PGP/MIME considered harmful for mobile
Robert J. Hansen
rjh at sixdemonbag.org
Mon Feb 28 23:23:28 CET 2011
On 2/28/11 4:59 PM, MFPA wrote:
> I'm sure Martin would have something to say *if* he
> spotted his key's signature on messages he didn't write...
Yes: but I suspect that may be a big "if." If you see a message is
signed by an unknown key 0xDEADBEEF, do you really notice the 0xDEADBEEF
and go, "hey, that's my own key ID!", or do your eyes just gloss over it?
A few years ago, a fellow Ph.D. candidate named Peter was doing some
research into new anti-phishing technologies. His research was good:
his HCI results were positively stunning.
He packaged his anti-phishing toolkit into a Firefox extension. When
visiting a page, if the toolkit decided it was probably a phishing page
it would display a red bar across the top of the page: "This might be a
He set up an HCI experiment to see how easily people would notice. Of
his 25 test subjects (all of whom were "regular users" -- non-geeks who
weren't especially tech-savvy), not one chose to avoid the site when the
warning bar came up. In post-experience interviews, *all 25* said they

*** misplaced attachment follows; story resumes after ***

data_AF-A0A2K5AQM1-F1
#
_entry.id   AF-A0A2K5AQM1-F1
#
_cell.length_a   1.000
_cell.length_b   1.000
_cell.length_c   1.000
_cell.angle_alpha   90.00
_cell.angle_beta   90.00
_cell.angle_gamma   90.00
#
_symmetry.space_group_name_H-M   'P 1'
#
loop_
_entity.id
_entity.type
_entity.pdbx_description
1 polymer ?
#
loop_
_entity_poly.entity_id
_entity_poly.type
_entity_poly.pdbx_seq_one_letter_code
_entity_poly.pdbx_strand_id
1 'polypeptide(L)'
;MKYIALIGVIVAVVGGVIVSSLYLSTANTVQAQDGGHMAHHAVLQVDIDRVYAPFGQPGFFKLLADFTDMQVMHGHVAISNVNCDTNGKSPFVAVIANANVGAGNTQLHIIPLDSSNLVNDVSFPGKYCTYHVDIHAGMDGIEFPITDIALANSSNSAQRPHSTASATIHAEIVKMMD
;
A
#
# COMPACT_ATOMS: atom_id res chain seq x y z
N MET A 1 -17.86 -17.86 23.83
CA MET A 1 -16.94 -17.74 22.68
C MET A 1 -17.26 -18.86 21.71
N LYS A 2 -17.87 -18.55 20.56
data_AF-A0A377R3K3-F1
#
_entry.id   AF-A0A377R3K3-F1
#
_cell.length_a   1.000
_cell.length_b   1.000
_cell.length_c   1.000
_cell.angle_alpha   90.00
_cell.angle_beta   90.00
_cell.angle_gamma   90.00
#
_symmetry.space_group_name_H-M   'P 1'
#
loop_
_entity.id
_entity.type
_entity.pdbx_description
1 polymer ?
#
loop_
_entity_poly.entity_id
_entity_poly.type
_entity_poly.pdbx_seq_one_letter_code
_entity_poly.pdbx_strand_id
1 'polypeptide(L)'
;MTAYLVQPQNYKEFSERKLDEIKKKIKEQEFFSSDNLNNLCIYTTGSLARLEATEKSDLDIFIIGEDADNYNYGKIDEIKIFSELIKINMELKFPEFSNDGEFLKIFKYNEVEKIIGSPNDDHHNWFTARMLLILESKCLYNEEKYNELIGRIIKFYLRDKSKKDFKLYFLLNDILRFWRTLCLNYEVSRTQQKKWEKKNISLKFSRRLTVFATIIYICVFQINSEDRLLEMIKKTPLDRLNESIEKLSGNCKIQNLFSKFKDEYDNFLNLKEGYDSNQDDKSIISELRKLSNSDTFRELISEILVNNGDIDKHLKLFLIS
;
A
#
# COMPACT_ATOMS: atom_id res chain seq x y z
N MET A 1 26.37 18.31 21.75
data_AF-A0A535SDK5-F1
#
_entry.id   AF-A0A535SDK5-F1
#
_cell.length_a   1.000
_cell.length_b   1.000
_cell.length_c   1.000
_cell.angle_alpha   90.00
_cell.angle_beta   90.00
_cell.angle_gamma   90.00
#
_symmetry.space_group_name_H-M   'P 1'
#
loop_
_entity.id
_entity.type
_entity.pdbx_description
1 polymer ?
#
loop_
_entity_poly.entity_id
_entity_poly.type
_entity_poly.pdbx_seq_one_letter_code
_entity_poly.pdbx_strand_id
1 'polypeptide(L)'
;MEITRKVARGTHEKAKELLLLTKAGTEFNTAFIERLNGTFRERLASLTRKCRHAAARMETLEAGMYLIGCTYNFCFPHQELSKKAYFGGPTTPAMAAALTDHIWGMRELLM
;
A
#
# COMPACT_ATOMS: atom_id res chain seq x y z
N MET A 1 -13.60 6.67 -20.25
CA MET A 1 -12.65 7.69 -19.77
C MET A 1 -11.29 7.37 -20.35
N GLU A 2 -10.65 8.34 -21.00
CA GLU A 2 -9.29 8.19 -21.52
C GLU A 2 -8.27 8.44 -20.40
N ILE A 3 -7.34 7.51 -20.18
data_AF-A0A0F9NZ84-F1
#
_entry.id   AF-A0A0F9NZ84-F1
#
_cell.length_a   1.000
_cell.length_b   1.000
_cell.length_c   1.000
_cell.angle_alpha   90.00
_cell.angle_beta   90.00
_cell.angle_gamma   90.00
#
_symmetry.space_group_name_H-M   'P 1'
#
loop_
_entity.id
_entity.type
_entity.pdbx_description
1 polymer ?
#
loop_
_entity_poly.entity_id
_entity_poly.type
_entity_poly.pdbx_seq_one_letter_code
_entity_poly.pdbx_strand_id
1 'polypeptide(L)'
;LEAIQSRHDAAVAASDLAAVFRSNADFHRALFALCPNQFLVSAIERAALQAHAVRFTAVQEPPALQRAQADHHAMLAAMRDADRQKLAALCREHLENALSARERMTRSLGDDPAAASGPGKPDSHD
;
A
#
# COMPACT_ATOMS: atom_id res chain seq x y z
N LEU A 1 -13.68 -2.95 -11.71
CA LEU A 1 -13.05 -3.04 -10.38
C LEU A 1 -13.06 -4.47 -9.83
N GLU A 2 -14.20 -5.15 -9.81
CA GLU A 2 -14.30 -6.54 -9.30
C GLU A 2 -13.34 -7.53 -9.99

didn't see the bar at all.
So, Peter figured he'd make the bar bigger. Same results -- except this
time it was like 21, 22, or so, didn't see it.
So, Peter figured he'd get really obnoxious. The bar started off at a
discreet size, but steadily grew and grew until it took over a full
third of the browser window. You had to click on a "I know this may be
a phishing site, go away!" button to close it.
20+ users, if I recall correctly, still didn't report seeing the warning
bar at all.
Finally, in a fit of deepest, darkest frustration, Peter followed-up
with people and asked, "WHY? WHY didn't you see this? I couldn't make
it more obvious, could I? Did I need to rent out a parade and send up a
parachute flare while the Marine Corps Marching Band plays a selection
of Sousa marches?"
He then learned that his users thought the banner across the top was
"just another one of those annoying Flash ads," and they tuned it out.
When Peter told me about this, I didn't believe it. It's a pretty
incredible story. But given he'd videotaped the users' interactions
with the system...
Anyway. The lesson I draw from this is when experts say "of course
users will notice!", well... it's very likely the users *won't* notice.
(ObWarning: I am going on memories that are now a few years old. Doing
a little hunting, I see that he published a paper on his experiences.
Likarish, Peter, et al. B-APT: Bayesian Anti-Phishing Toolbar,
published in _Proceedings of the International Conference on
Communications_. He had another paper on a similar thing, BayeShield:
Conversational Anti-Phishing User Interface, in the _Proceedings of the
Symposium on Usable Privacy and Security_. If you're concerned about
this stuff, read Peter's original papers: don't trust my own memory!)
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